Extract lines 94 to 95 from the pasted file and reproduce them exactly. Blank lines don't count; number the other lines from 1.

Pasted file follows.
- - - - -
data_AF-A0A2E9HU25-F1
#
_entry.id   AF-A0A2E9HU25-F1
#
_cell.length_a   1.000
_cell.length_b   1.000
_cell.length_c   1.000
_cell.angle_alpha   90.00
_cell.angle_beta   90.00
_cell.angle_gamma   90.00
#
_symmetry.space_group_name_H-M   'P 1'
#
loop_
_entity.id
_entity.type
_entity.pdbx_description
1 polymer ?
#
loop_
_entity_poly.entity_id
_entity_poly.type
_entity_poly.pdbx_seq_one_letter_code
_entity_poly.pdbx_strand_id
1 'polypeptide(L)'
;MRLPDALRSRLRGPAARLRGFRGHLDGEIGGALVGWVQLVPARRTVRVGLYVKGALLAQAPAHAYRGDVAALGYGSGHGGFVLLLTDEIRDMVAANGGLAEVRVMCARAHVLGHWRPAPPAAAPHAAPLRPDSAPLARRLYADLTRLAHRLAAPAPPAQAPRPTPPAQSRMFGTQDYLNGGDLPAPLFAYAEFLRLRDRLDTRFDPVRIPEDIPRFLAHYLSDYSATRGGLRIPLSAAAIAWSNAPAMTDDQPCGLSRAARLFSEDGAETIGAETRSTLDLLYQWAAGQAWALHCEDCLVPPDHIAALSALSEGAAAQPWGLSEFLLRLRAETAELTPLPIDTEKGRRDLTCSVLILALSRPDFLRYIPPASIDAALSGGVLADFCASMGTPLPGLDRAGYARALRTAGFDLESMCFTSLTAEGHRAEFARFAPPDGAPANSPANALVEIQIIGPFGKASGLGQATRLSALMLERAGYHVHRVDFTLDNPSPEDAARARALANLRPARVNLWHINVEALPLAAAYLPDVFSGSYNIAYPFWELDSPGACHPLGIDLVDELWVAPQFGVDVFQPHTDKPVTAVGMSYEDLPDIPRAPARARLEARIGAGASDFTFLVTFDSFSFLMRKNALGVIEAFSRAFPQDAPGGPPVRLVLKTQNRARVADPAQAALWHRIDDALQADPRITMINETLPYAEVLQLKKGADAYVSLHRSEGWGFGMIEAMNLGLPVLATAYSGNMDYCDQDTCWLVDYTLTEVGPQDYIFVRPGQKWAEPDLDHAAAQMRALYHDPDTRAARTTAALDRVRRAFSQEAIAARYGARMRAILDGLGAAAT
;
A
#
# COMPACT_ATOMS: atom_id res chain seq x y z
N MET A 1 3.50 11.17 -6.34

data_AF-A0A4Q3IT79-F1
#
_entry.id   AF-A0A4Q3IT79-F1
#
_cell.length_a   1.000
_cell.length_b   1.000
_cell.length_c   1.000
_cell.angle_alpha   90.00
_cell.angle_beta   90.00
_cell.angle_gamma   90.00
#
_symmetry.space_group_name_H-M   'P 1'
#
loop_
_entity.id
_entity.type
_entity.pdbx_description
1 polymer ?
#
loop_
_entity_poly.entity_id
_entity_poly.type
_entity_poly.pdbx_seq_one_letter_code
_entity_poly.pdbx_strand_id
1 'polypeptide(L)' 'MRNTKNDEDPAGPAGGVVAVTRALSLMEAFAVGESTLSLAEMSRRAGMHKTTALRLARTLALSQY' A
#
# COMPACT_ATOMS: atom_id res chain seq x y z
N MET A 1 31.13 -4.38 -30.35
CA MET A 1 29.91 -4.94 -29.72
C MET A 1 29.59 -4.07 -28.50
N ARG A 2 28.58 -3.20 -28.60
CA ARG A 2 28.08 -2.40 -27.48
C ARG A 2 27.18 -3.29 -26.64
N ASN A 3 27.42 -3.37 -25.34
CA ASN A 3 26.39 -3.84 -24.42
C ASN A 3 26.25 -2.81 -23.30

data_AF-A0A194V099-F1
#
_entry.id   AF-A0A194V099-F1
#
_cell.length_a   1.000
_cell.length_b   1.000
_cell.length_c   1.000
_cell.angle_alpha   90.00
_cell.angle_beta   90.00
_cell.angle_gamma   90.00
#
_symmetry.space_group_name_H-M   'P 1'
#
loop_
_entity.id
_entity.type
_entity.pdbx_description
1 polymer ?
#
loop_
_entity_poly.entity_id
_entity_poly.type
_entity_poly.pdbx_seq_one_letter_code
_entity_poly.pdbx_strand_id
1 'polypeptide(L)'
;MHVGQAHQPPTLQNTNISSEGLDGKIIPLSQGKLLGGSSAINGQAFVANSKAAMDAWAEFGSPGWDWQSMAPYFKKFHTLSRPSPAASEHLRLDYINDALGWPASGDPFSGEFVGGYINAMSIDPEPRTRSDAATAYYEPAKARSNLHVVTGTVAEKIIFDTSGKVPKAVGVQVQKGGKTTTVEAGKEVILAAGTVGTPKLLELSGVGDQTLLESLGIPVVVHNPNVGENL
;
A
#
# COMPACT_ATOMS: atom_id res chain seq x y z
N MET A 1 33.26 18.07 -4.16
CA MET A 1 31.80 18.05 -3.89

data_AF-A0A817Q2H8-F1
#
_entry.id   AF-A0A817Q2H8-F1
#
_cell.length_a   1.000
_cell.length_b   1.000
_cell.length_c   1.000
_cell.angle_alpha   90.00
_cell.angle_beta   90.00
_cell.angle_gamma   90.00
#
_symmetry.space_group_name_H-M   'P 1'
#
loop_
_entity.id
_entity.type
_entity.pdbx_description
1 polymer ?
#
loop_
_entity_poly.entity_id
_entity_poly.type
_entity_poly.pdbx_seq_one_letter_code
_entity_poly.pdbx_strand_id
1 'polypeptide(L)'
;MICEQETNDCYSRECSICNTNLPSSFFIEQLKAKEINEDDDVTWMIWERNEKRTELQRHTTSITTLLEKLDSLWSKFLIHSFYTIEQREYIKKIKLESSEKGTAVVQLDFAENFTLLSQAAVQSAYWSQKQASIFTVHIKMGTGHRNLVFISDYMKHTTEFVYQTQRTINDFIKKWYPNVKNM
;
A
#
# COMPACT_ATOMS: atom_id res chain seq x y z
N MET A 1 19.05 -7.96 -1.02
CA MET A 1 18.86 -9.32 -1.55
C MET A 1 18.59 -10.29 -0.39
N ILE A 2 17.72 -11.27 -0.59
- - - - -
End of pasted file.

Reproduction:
;
A